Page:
Alopecia areata (AA) is a common autoimmune disease resulting from damage of the hair follicle by T cells.
The immune pathways required for autoreactive T cell activation in AA are not defined limiting clinical development of rational targeted therapies1.
Genome-wide association studies (GWAS)2 implicated ligands for the NKG2D receptor (product of the KLRK1 gene) in disease pathogenesis.
Here, we show that cytotoxic CD8+NKG2D+ T cells are both necessary and sufficient for the induction of AA in mouse models of disease.
Global transcriptional profiling of mouse and human AA skin revealed gene expression signatures indicative of cytotoxic T cell infiltration, an interferon-γ (IFN-γ) response and upregulation of several γ-chain (γc) cytokines known to promote the activation and survival of IFN-γ–producing CD8+NKG2D+ effector T cells.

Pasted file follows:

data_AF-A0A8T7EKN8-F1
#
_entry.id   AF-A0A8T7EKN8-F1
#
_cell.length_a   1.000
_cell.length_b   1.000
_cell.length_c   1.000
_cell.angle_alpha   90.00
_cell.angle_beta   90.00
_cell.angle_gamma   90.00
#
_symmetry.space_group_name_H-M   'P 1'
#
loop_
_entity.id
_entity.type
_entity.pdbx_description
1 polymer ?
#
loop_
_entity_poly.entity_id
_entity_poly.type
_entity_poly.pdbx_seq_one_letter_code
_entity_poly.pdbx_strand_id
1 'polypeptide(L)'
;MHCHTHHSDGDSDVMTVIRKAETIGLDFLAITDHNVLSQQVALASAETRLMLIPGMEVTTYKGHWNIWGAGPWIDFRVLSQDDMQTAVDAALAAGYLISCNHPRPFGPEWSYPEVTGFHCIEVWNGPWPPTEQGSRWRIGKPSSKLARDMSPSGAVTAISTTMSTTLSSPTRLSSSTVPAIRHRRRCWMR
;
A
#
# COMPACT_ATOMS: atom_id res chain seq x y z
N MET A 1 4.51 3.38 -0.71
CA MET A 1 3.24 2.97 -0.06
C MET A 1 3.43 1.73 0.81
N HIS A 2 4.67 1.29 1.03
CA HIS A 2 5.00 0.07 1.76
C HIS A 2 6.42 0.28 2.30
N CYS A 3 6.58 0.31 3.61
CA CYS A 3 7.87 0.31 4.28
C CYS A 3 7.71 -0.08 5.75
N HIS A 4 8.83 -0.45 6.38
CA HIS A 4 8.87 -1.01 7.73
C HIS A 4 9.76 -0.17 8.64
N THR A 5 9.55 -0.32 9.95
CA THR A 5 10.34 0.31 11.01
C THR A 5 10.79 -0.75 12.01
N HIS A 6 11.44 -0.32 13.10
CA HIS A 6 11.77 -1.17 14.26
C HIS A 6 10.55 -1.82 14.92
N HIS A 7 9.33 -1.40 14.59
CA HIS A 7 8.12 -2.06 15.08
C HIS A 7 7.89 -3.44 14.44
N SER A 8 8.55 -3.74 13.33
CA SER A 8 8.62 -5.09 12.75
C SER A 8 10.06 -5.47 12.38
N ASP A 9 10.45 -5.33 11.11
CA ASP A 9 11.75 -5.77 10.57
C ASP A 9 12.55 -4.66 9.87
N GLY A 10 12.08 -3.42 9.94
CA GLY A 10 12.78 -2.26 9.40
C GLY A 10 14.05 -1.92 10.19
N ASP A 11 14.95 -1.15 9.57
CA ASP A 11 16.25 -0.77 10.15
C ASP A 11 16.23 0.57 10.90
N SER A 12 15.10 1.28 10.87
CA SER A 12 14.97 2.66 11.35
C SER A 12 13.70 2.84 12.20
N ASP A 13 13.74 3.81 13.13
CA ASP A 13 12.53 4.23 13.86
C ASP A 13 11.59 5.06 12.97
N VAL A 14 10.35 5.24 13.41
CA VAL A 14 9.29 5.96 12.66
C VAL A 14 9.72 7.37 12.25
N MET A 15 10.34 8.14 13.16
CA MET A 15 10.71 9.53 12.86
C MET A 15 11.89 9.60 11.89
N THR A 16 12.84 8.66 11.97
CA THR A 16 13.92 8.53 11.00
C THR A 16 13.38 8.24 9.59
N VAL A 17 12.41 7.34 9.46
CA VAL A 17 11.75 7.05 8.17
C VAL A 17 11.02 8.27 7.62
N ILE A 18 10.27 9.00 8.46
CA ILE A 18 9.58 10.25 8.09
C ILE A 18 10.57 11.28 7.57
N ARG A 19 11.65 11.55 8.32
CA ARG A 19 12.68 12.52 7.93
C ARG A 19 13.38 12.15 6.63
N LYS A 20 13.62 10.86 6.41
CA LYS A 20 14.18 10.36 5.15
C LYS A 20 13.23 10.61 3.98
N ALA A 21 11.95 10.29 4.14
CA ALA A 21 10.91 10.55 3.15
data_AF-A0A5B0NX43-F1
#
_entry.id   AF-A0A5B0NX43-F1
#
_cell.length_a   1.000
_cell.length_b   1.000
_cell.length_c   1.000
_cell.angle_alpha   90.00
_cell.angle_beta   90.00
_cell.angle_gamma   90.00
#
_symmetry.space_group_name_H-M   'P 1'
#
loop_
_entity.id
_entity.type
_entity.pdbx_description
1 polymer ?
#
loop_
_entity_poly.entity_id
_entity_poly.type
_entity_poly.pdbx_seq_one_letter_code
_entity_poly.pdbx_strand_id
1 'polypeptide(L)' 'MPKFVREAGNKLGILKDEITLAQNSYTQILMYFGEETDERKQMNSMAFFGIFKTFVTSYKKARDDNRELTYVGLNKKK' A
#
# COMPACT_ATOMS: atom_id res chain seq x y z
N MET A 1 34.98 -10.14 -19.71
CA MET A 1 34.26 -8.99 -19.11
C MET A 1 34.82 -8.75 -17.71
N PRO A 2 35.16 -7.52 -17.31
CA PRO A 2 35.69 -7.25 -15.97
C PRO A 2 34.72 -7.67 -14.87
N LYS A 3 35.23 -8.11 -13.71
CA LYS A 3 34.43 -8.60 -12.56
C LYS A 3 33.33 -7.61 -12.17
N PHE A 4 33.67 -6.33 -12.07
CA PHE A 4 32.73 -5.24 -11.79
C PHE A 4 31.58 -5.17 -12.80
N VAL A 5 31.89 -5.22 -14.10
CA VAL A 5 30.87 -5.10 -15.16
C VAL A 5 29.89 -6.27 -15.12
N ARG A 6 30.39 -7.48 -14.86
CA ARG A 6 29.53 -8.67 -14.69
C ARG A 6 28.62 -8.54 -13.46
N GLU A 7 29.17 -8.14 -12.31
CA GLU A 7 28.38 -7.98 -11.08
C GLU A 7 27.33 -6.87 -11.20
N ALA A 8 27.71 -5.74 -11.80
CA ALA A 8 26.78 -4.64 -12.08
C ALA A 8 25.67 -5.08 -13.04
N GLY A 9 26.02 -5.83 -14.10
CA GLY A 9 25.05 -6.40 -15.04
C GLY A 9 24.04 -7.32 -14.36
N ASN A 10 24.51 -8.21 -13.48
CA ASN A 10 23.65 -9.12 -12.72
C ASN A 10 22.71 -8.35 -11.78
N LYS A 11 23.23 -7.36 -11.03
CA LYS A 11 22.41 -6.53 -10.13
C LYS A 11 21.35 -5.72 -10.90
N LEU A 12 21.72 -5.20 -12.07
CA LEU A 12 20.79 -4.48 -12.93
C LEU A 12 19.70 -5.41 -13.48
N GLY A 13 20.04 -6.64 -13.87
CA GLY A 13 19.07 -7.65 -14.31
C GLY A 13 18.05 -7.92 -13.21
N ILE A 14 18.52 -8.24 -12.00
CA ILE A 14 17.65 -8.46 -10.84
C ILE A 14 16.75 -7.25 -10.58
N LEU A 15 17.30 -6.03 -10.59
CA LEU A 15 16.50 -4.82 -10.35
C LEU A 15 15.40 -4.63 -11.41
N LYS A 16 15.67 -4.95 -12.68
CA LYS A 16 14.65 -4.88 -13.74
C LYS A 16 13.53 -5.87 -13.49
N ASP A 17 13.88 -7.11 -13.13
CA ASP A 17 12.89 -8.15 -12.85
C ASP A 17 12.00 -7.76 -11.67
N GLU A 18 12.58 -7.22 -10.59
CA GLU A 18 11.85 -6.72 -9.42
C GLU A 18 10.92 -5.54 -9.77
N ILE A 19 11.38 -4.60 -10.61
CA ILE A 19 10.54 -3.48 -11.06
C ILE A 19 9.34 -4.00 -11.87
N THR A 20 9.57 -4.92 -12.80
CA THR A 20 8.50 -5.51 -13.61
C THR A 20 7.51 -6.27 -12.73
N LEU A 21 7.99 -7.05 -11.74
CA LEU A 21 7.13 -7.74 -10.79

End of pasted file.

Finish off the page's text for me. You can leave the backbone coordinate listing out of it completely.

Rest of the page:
Therapeutically, antibody-mediated blockade of IFN-γ, interleukin-2 (IL-2) or interleukin-15 receptor β (IL-15Rβ) prevented disease development, reducing the accumulation of CD8+NKG2D+ T cells in the skin and the dermal IFN response in a mouse model of AA.
Systemically administered pharmacological inhibitors of Janus kinase (JAK) family protein tyrosine kinases, downstream effectors of the IFN-γ and γc cytokine receptors, eliminated the IFN signature and prevented the development of AA, while topical administration promoted hair regrowth and reversed established disease.
Notably, three patients treated with oral ruxolitinib, an inhibitor of JAK1 and JAK2, achieved near-complete hair regrowth within 5 months of treatment, suggesting the potential clinical utility of JAK inhibition in human AA.